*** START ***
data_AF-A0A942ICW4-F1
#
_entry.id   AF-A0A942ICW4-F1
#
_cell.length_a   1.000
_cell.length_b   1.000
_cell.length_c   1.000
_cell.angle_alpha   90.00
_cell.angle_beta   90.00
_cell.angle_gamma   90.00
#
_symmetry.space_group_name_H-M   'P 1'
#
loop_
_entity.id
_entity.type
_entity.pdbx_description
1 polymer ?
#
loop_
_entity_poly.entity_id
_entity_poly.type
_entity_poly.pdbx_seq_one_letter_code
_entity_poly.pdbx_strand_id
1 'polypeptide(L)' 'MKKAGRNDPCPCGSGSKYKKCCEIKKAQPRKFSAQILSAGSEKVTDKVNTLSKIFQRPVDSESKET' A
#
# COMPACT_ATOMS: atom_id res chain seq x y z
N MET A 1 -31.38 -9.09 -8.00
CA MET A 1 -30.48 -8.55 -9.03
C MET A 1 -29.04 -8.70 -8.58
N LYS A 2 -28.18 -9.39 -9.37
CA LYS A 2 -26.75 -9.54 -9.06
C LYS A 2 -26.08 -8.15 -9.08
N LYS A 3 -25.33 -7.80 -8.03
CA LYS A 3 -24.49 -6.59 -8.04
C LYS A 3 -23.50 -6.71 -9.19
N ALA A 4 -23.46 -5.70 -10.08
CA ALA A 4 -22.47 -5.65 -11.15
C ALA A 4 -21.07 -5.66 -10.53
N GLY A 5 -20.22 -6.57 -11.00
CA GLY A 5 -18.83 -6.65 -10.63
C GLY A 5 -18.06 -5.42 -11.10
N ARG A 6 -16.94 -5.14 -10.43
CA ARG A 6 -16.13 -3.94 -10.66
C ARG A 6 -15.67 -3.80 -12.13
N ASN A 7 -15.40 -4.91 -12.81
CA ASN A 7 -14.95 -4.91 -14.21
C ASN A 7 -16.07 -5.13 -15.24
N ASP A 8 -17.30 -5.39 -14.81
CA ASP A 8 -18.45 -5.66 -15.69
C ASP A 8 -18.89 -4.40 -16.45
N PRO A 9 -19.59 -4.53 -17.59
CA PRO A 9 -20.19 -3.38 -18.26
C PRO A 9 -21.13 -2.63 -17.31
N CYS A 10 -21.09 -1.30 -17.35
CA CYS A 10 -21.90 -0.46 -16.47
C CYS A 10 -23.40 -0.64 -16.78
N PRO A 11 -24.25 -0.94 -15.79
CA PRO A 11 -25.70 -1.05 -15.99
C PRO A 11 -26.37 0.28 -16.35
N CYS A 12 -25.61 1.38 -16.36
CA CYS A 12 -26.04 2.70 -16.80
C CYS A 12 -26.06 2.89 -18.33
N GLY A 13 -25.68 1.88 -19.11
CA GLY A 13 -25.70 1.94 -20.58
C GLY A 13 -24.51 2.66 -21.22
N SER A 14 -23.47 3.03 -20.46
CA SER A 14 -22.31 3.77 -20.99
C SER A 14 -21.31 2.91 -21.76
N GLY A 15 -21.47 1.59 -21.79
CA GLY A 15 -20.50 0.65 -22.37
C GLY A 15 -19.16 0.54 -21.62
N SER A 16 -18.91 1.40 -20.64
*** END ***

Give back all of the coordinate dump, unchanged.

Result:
data_AF-A0A942ICW4-F1
#
_entry.id   AF-A0A942ICW4-F1
#
_cell.length_a   1.000
_cell.length_b   1.000
_cell.length_c   1.000
_cell.angle_alpha   90.00
_cell.angle_beta   90.00
_cell.angle_gamma   90.00
#
_symmetry.space_group_name_H-M   'P 1'
#
loop_
_entity.id
_entity.type
_entity.pdbx_description
1 polymer ?
#
loop_
_entity_poly.entity_id
_entity_poly.type
_entity_poly.pdbx_seq_one_letter_code
_entity_poly.pdbx_strand_id
1 'polypeptide(L)' 'MKKAGRNDPCPCGSGSKYKKCCEIKKAQPRKFSAQILSAGSEKVTDKVNTLSKIFQRPVDSESKET' A
#
# COMPACT_ATOMS: atom_id res chain seq x y z
N MET A 1 -31.38 -9.09 -8.00
CA MET A 1 -30.48 -8.55 -9.03
C MET A 1 -29.04 -8.70 -8.58
N LYS A 2 -28.18 -9.39 -9.37
CA LYS A 2 -26.75 -9.54 -9.06
C LYS A 2 -26.08 -8.15 -9.08
N LYS A 3 -25.33 -7.80 -8.03
CA LYS A 3 -24.49 -6.59 -8.04
C LYS A 3 -23.50 -6.71 -9.19
N ALA A 4 -23.46 -5.70 -10.08
CA ALA A 4 -22.47 -5.65 -11.15
C ALA A 4 -21.07 -5.66 -10.53
N GLY A 5 -20.22 -6.57 -11.00
CA GLY A 5 -18.83 -6.65 -10.63
C GLY A 5 -18.06 -5.42 -11.10
N ARG A 6 -16.94 -5.14 -10.43
CA ARG A 6 -16.13 -3.94 -10.66
C ARG A 6 -15.67 -3.80 -12.13
N ASN A 7 -15.40 -4.91 -12.81
CA ASN A 7 -14.95 -4.91 -14.21
C ASN A 7 -16.07 -5.13 -15.24
N ASP A 8 -17.30 -5.39 -14.81
CA ASP A 8 -18.45 -5.66 -15.69
C ASP A 8 -18.89 -4.40 -16.45
N PRO A 9 -19.59 -4.53 -17.59
CA PRO A 9 -20.19 -3.38 -18.26
C PRO A 9 -21.13 -2.63 -17.31
N CYS A 10 -21.09 -1.30 -17.35
CA CYS A 10 -21.90 -0.46 -16.47
C CYS A 10 -23.40 -0.64 -16.78
N PRO A 11 -24.25 -0.94 -15.79
CA PRO A 11 -25.70 -1.05 -15.99
C PRO A 11 -26.37 0.28 -16.35
N CYS A 12 -25.61 1.38 -16.36
CA CYS A 12 -26.04 2.70 -16.80
C CYS A 12 -26.06 2.89 -18.33
N GLY A 13 -25.68 1.88 -19.11
CA GLY A 13 -25.70 1.94 -20.58
C GLY A 13 -24.51 2.66 -21.22
N SER A 14 -23.47 3.03 -20.46
CA SER A 14 -22.31 3.77 -20.99
C SER A 14 -21.31 2.91 -21.76
N GLY A 15 -21.47 1.59 -21.79
CA GLY A 15 -20.50 0.65 -22.37
C GLY A 15 -19.16 0.54 -21.62
N SER A 16 -18.91 1.40 -20.64